Meet our 2019 Kids Gran Fondo Heroes!

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Callie Jacobs

Callie recently celebrated her 9th birthday, and has already experienced over 150 hospital admits in her life. Starting at just 4 months old, she has been diagnosed with multiple medical conditions including hereditary pancreatitis, and an as yet undiagnosed genetic disease that causes widespread neurological issues and organ involvement and severe pain. She is currently involved with a top hospital in genetic research and is hopeful they will figure it out soon!

Callie’s body doesn’t process and absorb nutrients well, so she had been Total Parenteral Nutrition (TPN) dependent for 7 years until 5 months ago when she had to be treated for fungal sepsis after a wire that was left in her during a line placement migrated through her heart- this lead to her being weaned onto J-Tube feeding. She is excited to be central line free and hopeful that will continue!

Callie has experienced many hardships, but she is one strong girl! You will usually find Callie smiling, even when she is hurting! Though she has been unable to attend school due to her frequent admits and her low immune system, she loves going to dance and other activities with small class sizes. She is very social and loves everything girly and pink! Her favorite thing to do at home is to play with her sister Mikayla.


Vaughn Perez

Two year old Vaughn was diagnosed in utero with a congenital heart condition. He spent the first two weeks of his life in the NICU at UCSF Benioff Hospital. At three months old, his heart condition worsened and he had to be hospitalized again at UCSF and placed on cardiac medications to manage his illness. At four months of age, with a life-threatening condition, his care was transferred to Stanford Children’s Hospital where he was put on a waiting list for a heart transplant. His family was told that it could take up to a year or more for him to receive a donor heart, and that he had to remain in the hospital during that time on IV medication to sustain his well-being, but on his nine month birthday, they were blessed with a donor heart and Vaughn was transplanted. Vaughn takes a plethora of medications to prevent his body from rejecting his new heart. This medication also suppresses his ability to fight common illnesses and viruses- as a result he has spent almost half of his life in the hospital. Most recently he was hospitalized for three months on isolation with norovirus. His mother, Amanda, was eight months pregnant during that hospitalization and subsequently gave birth while caring for him in the hospital. During this time, Amanda traveled back and forth the 180 miles round trip, sometimes twice a week, with a newborn and a toddler.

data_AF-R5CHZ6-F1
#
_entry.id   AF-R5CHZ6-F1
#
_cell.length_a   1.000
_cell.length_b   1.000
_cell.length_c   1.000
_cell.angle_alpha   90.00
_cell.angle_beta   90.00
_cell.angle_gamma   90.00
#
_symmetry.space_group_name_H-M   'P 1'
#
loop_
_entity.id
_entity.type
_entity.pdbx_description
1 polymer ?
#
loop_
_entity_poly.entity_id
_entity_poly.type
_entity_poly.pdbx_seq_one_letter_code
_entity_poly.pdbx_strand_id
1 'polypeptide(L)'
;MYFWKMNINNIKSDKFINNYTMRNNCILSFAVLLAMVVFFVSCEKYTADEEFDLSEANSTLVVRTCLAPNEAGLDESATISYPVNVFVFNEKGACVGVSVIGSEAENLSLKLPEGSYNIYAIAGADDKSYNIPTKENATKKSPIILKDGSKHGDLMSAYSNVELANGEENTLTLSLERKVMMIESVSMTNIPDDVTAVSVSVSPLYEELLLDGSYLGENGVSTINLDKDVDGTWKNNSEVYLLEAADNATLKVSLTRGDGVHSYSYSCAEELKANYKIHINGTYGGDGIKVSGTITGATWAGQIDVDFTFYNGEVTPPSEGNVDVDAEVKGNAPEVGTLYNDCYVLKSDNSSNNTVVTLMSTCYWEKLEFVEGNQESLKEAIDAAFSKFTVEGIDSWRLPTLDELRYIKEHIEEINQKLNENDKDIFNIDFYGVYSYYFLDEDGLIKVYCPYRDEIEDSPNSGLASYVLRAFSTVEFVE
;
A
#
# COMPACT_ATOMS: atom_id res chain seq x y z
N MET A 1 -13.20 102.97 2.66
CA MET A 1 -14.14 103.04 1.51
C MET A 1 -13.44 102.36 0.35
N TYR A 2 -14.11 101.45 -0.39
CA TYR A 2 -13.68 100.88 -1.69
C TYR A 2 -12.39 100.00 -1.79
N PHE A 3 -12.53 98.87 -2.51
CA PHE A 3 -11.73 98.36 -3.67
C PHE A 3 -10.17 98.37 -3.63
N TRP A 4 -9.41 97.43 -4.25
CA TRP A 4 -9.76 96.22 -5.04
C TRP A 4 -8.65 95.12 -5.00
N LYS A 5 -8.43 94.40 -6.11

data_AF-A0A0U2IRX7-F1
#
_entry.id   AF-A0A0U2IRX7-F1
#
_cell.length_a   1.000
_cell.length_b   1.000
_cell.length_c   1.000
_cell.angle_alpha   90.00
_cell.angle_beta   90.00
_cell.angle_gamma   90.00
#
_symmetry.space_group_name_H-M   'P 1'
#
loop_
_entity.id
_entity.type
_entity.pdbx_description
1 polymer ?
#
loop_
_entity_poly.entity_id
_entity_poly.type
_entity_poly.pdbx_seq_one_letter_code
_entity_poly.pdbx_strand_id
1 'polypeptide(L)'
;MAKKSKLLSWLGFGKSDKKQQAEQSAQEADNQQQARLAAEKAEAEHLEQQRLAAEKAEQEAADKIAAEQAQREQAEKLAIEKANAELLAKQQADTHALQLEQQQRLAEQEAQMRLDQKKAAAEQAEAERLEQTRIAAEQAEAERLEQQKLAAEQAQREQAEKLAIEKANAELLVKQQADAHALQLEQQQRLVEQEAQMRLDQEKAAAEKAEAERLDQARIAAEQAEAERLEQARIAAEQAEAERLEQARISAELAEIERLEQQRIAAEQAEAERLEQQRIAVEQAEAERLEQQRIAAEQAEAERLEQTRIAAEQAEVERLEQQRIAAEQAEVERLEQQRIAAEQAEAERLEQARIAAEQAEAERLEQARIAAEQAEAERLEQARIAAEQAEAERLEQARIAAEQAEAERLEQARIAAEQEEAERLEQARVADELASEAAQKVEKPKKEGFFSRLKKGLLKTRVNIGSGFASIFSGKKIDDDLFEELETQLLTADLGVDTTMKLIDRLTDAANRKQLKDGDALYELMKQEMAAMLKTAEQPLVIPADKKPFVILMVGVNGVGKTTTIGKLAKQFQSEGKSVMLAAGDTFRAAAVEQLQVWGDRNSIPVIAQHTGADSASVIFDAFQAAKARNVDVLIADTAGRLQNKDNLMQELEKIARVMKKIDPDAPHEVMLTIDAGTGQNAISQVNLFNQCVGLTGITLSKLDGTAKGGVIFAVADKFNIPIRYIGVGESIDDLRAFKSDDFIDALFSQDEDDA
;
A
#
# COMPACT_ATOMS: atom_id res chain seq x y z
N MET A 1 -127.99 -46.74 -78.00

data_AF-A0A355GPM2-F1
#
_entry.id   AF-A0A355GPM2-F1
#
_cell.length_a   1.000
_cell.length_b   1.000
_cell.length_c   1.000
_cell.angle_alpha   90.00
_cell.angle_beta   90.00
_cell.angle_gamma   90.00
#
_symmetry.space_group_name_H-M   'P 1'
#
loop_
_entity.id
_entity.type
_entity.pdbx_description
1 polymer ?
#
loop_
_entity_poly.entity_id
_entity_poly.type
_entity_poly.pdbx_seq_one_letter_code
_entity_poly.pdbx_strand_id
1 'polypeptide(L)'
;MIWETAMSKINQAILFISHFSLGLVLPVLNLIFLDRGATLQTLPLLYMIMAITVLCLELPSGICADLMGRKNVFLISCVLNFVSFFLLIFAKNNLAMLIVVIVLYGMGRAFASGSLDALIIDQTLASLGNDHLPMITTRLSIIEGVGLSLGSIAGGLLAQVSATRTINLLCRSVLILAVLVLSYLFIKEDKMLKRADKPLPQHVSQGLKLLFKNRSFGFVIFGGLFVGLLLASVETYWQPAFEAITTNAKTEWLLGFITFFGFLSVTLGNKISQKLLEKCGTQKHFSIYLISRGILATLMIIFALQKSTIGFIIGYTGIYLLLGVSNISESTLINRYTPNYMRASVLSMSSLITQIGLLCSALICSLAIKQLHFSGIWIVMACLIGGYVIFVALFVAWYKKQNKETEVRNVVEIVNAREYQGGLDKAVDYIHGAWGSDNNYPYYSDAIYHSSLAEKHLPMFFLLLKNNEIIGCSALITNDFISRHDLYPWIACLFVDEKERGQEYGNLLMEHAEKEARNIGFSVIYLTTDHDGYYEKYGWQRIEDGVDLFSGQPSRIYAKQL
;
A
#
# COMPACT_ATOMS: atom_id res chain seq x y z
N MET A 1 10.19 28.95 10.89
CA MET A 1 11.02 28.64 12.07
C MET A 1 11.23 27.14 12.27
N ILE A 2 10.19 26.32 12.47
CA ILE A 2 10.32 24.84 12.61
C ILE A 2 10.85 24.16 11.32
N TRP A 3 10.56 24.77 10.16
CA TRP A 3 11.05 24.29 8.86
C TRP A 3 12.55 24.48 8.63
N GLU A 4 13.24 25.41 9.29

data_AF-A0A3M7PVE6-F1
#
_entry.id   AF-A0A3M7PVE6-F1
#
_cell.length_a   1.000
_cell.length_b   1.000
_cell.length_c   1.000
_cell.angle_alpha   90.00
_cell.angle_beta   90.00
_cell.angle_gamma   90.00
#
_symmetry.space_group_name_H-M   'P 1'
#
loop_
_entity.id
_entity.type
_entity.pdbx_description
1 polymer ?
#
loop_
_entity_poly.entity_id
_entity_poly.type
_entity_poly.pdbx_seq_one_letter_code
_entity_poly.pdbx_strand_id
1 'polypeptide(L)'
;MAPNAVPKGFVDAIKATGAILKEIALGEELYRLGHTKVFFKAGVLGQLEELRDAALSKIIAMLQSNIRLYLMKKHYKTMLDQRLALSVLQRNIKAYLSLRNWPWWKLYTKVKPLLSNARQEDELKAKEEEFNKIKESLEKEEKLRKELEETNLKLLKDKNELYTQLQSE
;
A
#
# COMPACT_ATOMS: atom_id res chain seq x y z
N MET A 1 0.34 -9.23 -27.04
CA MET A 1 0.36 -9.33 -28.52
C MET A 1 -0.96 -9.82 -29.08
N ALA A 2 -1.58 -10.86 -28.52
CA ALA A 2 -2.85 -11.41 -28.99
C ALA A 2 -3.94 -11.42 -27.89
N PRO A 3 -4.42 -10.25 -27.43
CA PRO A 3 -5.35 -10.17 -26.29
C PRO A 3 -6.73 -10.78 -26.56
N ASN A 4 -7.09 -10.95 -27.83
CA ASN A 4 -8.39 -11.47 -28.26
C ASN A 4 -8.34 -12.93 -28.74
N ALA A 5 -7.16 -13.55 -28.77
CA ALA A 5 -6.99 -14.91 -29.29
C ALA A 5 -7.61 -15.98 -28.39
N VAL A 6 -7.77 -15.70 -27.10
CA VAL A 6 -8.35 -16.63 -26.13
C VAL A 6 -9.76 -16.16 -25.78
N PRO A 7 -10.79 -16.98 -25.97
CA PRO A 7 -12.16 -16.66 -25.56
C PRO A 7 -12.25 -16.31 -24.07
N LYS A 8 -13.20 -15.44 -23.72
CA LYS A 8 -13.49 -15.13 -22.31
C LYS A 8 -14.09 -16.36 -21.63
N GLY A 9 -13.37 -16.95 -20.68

Vaughn currently receives physical, occupational, cognitive and speech therapies on a weekly basis. Because he was in a bed hooked up to machines and medications for five months while waiting for a new heart, his gross motor skills and speech were delayed, however, he is now almost caught up to his little twin brother, Vicente, who is younger by one minute. Additionally, Vaughn requires catheterizations every 4 weeks at Lucille Packard to detect heart rejection- fortunately, he has shown no signs of rejection!

Along with his twin brother, Vaughn’s family includes his 6-month old baby brother, Valen, his mother, who recently returned to a full-time position as a nurse, and his father, who left his job as a chef in San Francisco to care for their boys. Unfortunately, because of his compromised immune system, Vaughn has to avoid public places like preschool, the library, swimming, movies, Chuck E Cheese, and even church services, but he is the sweetest little boy- and a normal two year old! He loves cars, trains, and airplanes, his dog Pippa, and two cats, Lucy and Monkey. Vaughn is also a fantastic, joyful dancer!